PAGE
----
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Three charts on the cost of abuse for web hosting providers

Posted on June 11, 2014 - 11:51 by ccondon

Several weeks ago, we launched our 2014 web host survey to take hosting providers' collective temperature about the ways in which abuse and operational security are costly for their companies and for the industry. Our response sample size is still fairly small, but our geographic range is not: we've heard from 33 hosting companies in 20 countries around the world. 

Here's a taste of what we've learned so far: 

  • 76% of survey respondents so far are from companies with 20 employees or fewer. In fact, 39% have five employees or fewer. 
  • 58% of survey respondents indicated that more than 75% of their customer base uses shared hosting.
  • 52% the hosts surveyed said malware was the most common type of abuse they encountered. When we looked only at larger hosting companies, however, spam became the most popular answer. 

What percentage of total web hosting support requests are related to abuse?

The vast majority of respondents (82%) said that abuse-related support requests typically comprise less than 25% of total support request volume (regardless of company size). Exceptions: An eastern European company indicated that more than 75% of their total support requests were abuse-related. All other hosts who said abuse made up more than 25% of their total support load were headquartered in the United States.

How much cleanup is done entirely by your staff?

Perhaps unsurprisingly, hosting staff shoulder most of the burden when it comes to cleaning up compromised sites and servers. 44% of surveyed hosts said their staff does 75-100% of the cleanup. 67% of respondents do more than 50% of the cleanup for customers. 

What do hosts see as the most significant security issue for customers?

55% said outdated CMSes were the biggest issue; 33% chose poorly coded or maintained plugins, extensions, and third party scripts; and the remainder indicated that a general lack of technical aptitude among customers was problematic. 

We're still soliciting responses to increase the sample size and the overall impact of the survey. If you know (or are) a web hosting company with perspective to share on the cost of abuse, please:

Community news and analysis: May 2014

Posted on June 9, 2014 - 12:25 by ccondon

News from our partner community was plentiful this past month. Mozilla, one of our sustaining partners, launched two major initiatives, including the Cyber Security Delphi, a research project to set a clear path for making the Web safer: “As part of the Delphi research and recommendation initiative, Mozilla will bring together the best minds in security to understand threat vectors to online security and develop a concrete agenda to address them.”

Other highlights over the past month and change:

Additional malware analysis:

Other security news from our partners:

 

Observations on Zeus botnet targets and activity over time

Posted on June 6, 2014 - 12:13 by ccondon

One of our interests at StopBadware is how attacker incentives and target selection morph over time. New research from the Delft University of Technology examines Zeus financial malware targets and attack volume over a period of several years. One particularly interesting finding:

“On average, across all Zeus botnets and attackers, code similarity is well over 90% from one attack to the next. This suggests code sharing, selling, or stealing among attackers...as well as low development costs. Interestingly enough, these do not translate into growing attack levels....the underground market for malware-as-a-service, often portrayed as making attacks cheaper to execute, is not driving the attack volume or the selection of targets.”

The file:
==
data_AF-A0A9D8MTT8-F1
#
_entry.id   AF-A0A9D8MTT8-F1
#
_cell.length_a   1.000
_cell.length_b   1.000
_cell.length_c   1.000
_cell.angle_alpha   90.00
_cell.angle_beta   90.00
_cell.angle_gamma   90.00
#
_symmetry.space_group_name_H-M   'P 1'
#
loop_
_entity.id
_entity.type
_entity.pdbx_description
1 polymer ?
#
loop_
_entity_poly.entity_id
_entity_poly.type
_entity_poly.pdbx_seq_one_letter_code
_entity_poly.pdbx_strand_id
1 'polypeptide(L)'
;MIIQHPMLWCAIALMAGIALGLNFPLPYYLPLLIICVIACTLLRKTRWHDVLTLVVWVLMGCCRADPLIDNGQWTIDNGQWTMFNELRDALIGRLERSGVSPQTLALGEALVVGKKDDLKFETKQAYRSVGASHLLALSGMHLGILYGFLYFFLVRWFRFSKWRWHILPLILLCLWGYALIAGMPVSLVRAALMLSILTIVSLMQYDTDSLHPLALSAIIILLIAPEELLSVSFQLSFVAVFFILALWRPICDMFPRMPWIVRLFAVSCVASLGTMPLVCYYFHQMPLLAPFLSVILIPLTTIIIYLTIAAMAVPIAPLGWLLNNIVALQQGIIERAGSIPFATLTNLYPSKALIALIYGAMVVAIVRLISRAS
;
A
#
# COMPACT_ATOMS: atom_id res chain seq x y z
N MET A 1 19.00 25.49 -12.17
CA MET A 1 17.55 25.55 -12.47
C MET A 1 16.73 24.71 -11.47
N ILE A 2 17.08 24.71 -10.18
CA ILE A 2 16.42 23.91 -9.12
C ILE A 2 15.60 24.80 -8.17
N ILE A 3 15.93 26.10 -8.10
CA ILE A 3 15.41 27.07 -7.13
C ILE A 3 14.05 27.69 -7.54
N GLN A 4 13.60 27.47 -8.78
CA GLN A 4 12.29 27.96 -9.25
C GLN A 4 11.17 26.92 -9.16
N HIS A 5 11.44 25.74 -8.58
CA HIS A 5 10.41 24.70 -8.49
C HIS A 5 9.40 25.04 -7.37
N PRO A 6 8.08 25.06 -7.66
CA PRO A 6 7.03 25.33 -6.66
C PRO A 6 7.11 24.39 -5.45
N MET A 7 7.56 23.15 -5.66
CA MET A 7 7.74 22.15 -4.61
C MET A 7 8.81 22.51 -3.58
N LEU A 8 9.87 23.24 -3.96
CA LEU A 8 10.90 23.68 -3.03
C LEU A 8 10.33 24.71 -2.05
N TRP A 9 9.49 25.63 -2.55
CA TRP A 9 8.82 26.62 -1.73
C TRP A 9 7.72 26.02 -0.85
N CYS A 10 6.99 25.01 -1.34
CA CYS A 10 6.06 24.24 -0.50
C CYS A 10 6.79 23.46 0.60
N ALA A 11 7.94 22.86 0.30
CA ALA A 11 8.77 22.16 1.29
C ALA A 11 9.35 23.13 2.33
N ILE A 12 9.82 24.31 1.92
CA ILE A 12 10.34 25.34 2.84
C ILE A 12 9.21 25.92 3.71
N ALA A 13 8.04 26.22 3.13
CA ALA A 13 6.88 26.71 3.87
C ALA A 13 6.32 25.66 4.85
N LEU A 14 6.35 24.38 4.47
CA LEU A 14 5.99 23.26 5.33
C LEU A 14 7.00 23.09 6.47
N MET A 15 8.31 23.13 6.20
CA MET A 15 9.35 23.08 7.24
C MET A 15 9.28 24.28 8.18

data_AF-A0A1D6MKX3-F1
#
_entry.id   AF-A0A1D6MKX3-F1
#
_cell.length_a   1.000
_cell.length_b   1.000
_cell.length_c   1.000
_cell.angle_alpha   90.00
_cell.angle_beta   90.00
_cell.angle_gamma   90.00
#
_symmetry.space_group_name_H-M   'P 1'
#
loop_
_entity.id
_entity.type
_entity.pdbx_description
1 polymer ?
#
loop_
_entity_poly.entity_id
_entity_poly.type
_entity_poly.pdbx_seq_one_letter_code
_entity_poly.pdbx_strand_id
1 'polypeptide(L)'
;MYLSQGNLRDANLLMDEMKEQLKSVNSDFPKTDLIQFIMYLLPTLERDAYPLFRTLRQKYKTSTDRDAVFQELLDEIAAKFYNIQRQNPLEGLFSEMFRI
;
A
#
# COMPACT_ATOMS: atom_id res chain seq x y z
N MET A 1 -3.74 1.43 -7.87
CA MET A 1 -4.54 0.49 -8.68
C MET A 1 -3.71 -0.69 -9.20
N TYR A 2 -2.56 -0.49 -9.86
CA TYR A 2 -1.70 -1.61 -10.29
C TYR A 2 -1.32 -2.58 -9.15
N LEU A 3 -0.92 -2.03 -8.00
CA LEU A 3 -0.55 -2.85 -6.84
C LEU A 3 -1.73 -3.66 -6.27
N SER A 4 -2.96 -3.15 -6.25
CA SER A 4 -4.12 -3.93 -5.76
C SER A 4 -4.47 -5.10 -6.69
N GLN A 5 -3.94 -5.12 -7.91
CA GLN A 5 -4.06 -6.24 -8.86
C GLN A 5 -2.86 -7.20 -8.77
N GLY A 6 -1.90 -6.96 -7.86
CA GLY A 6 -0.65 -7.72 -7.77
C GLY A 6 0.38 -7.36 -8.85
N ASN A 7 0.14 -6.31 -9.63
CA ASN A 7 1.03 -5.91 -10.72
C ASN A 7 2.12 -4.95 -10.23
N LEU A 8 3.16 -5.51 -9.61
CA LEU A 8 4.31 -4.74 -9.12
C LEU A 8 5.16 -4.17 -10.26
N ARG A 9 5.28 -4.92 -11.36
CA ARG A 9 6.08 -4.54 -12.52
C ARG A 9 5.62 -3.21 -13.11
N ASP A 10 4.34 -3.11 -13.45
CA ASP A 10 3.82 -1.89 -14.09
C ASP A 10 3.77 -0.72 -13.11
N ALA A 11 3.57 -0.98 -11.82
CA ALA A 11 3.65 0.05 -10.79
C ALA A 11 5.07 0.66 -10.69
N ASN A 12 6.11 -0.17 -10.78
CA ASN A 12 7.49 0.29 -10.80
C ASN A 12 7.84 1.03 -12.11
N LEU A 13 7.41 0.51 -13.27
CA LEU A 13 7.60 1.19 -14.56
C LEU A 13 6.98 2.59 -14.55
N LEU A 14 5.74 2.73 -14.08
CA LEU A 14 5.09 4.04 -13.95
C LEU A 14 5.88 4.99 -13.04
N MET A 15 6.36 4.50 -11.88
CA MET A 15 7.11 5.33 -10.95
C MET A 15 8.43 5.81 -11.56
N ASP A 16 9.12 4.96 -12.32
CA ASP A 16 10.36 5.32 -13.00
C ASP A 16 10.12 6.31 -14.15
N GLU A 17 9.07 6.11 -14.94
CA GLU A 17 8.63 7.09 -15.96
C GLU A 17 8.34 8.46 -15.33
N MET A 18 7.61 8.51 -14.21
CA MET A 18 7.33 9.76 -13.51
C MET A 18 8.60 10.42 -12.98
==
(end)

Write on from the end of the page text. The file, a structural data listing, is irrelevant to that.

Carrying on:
The full paper is available here. With permission from the paper’s authors (Samaneh Tajalizadehkhoob, Hadi Asghari, Carlos Gañán and Michel van Eeten), StopBadware's technologist and researcher Marie Vasek has shared some of her own observations below.

Zeus botnet activity over time

The above graph shows the number of active Zeus botnets over time. Microsoft takedown efforts managed to curb activity temporarily, but it quickly bounced back. The paper's authors measure the number of botnets by number of unique keys found in config files. Since Zeus is a commercially available malware kit, the key metric here is the number of botnets and NOT the number of bots (infected end devices).

These bots targeted 14,870 unique URLs corresponding to 2,412 unique domains. Most of these were banks (about ¾), but AV companies, news sites, webmail providers, and social networks were also targeted.

Attacked domains over time

This graph shows the number of targeted URLs over time. (Note that the shape of the graph does somewhat parallel the shape of the botnet graph.) Targets follow a power law distribution. 15% of the domains account for 90% of the attacks. In other words, everybody wants to take down targets like HSBC and Google, et. al., but random local banks are only interesting to selective attackers.

Bank size versus intensity of attacks

That said, target popularity and bank size are not completely correlated, as the figure above shows. Big banks are targeted more than small banks, but when researchers look at only big banks, results vary.

Inject code similarity

“More than 83% of the inject codes targeting a particular URL are more than 90% similar, and only 1.71% of the inject codes are very different (less than 50% similar). On average, across all Zeus botnets and attackers, code similarity is over 90% from one attack to the next. This suggests some mechanism of code sharing or stealing among the attackers.”

Final numbers to consider: Each inject code is repeated on average 27 times, and 43% of all inject codes are repeated over 1,000 times.

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